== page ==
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Marine Mammals; Incidental Take During Specified Activities; Proposed Incidental Harassment Authorization for Northern Sea Otters in the Northeast Pacific Ocean

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Fish and Wildlife Service, Interior.


Notice of receipt of application and proposed incidental harassment authorization; availability of draft environmental assessment; and request for public comments.


The U.S. Fish and Wildlife Service (Service) received a request from the National Science Foundation (NSF) for authorization to take a small number of northern sea otters by harassment incidental to a marine geophysical survey in the northeast Pacific Ocean. Pursuant to the Marine Mammal Protection Act of 1972, as amended (MMPA), the Service is requesting comments on its proposal to issue an incidental harassment authorization (IHA) to NSF for certain activities during the period between May 1 and June 30, 2021. This proposed IHA, if finalized, will be for take by Level A and Level B harassment. We Start Printed Page 12020anticipate no take by death and include none in this proposed authorization. The Service has prepared a draft environmental assessment (EA) addressing the proposed IHA and is soliciting public comments on both documents.


Comments on the proposed IHA request and the draft EA will be accepted on or before March 31, 2021.


Document availability: The proposed IHA request, the draft EA, and the list of references cited herein are available for viewing at in Docket No. FWS-R1-ES-2020-0131 and at​wafwo. NSF's associated environmental assessments can be found at​geo/​oce/​envcomp/​.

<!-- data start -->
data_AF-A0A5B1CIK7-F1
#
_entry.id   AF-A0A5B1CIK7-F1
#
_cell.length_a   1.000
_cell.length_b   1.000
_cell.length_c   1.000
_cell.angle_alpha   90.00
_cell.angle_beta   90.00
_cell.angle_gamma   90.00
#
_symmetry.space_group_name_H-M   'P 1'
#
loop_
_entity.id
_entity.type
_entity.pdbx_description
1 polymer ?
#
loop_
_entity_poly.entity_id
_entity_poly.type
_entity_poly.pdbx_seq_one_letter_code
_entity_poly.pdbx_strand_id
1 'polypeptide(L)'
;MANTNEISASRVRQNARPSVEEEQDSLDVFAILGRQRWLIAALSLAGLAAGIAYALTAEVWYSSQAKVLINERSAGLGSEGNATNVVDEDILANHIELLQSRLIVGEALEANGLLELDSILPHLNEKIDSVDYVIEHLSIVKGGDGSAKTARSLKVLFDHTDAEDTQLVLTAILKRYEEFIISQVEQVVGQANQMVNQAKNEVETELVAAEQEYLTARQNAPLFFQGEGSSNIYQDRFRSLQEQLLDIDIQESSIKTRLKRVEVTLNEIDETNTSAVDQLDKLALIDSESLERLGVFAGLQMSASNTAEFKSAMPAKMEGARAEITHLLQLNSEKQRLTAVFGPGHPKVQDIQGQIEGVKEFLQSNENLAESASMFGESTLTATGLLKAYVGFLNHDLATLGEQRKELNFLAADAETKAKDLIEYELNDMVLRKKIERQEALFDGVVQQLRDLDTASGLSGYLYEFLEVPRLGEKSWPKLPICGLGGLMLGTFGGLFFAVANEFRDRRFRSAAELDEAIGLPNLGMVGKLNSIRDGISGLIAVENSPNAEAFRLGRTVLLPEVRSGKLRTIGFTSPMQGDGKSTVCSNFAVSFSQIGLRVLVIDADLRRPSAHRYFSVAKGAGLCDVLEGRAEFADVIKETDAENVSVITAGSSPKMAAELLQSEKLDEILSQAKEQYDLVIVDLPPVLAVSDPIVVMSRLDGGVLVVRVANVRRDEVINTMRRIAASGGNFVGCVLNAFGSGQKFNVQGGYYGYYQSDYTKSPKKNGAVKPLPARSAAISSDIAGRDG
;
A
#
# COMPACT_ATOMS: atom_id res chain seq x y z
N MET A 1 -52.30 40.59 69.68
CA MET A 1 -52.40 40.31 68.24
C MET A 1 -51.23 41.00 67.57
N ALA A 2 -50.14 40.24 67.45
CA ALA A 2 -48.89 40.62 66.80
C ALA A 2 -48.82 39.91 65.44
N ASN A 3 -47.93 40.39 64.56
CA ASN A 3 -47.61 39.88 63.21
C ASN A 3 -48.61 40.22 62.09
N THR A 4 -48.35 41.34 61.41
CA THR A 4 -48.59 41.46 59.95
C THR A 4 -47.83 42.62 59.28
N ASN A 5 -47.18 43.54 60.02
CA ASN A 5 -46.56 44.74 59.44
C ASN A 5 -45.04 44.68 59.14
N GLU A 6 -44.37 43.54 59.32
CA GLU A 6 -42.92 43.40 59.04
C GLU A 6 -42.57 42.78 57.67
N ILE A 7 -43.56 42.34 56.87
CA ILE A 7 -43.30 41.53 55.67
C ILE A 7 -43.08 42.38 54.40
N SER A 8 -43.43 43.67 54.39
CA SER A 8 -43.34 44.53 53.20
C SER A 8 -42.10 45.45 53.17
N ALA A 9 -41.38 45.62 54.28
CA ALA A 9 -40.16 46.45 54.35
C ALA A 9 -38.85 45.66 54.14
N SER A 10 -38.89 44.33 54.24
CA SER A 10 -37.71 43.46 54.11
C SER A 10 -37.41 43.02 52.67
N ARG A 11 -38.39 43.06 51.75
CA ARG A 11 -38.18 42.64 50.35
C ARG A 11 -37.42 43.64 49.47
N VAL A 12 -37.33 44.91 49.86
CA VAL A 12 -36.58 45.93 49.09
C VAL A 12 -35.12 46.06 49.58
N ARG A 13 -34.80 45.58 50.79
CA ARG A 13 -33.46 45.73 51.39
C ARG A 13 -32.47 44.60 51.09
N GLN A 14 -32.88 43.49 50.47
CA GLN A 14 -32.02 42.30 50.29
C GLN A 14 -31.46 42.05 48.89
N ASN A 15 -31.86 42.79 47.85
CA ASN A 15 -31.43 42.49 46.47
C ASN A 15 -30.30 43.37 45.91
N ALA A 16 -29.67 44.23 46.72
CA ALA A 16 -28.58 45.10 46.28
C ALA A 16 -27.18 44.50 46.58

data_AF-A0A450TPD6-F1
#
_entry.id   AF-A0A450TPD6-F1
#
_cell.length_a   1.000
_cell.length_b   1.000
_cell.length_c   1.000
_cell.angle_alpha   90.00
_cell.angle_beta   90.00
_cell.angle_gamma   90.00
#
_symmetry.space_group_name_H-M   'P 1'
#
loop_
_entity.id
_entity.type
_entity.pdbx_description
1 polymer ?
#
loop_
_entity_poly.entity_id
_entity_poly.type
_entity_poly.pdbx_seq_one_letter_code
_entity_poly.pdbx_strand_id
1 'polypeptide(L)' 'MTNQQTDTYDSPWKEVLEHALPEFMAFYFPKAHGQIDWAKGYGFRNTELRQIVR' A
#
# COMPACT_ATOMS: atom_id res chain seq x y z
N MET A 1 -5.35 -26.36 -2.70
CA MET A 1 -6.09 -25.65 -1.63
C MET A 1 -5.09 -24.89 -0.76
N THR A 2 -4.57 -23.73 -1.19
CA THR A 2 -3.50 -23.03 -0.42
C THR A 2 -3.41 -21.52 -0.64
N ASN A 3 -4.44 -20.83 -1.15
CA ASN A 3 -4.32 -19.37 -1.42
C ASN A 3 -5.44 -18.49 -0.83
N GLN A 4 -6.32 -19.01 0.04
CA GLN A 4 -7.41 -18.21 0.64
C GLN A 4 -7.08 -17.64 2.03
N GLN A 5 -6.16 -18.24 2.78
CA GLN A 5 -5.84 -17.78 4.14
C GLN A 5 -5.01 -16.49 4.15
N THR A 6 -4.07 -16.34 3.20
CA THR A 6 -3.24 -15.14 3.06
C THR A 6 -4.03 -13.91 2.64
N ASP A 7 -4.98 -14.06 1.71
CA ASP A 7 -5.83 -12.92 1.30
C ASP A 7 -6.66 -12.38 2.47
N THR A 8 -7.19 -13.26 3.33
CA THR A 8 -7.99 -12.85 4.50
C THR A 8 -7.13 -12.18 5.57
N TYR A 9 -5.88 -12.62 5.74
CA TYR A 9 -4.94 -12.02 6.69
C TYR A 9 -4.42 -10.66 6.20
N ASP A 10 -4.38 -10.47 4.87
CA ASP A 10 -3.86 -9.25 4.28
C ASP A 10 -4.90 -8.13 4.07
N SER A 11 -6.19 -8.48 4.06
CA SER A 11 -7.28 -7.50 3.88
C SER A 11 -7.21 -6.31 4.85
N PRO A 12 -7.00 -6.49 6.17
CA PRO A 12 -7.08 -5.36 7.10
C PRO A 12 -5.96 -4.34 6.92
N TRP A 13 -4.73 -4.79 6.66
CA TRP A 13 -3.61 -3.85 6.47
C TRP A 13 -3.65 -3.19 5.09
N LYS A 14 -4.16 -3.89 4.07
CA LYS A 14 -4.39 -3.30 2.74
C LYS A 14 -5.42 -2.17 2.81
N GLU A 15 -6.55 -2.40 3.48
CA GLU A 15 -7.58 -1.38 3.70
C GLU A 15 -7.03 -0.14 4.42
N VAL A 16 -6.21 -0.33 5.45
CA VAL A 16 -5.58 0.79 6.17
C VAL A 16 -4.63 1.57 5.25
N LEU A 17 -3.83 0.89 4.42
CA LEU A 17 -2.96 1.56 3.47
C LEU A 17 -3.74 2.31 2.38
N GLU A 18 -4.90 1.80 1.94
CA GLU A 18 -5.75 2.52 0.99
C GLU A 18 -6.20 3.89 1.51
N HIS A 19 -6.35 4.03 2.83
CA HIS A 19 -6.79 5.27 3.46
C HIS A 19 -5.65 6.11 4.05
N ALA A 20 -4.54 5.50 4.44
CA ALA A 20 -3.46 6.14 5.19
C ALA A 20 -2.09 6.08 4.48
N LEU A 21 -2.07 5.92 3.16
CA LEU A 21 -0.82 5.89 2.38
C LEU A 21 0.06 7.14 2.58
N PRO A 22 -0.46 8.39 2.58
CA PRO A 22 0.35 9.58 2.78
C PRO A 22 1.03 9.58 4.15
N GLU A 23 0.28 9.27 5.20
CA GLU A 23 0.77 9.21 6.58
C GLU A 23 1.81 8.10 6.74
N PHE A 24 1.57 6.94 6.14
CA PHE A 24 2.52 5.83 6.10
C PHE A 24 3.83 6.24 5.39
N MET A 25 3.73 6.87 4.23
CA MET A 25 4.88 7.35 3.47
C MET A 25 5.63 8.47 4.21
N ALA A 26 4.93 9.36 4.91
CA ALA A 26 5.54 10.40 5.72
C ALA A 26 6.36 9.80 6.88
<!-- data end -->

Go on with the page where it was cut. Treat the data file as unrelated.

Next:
Comment Submission: You may submit comments on this proposed authorization by one of the following methods:

  • U.S Mail: Public Comments Processing, Attn: Docket No. FWS-R1-ES-2020-0131, U.S. Fish and Wildlife Service, 5275 Leesburg Pike, MS: PRB/3W, Falls Church, VA 22041-3803; or
  • Federal eRulemaking Portal: Follow the instructions for submitting comments to Docket No. FWS-R1-ES-2020-0131.

We will post all comments on You may request that we withhold personal identifying information from public review; however, we cannot guarantee that we will be able to do so. See Request for Public Comments for more information.

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Brad Thompson, State Supervisor, U.S. Fish and Wildlife Service, Washington Fish and Wildlife Office, 510 Desmond Drive SE, Suite 102, Lacey, WA 98503-1273 (telephone 360-753-9440).

End Further Info End Preamble Start Supplemental Information



Section 101(a)(5)(D) of the Marine Mammal Protection Act of 1972, as amended (MMPA; 16 U.S.C. 1361, et seq.), authorizes the Secretary of the Interior to allow, upon request, the incidental, but not intentional, taking of small numbers of marine mammals by U.S. citizens who engage in a specified activity (other than commercial fishing) within a specified region during a period of not more than 1 year. Incidental take may be authorized only if statutory and regulatory procedures are followed and the U.S. Fish and Wildlife Service (hereafter, “the Service” or “we”) makes the following findings: (i) The take is of a small number of marine mammals; (ii) the take will have a negligible impact on the species or stock; and (iii) take will not have an unmitigable adverse impact on the availability of the species or stock for subsistence uses by coastal-dwelling Alaska Natives. As part of the authorization process, we prescribe permissible methods of taking and other means of affecting the least practicable impact on the species or stock and its habitat and prescribe requirements pertaining to the monitoring and reporting of such takings.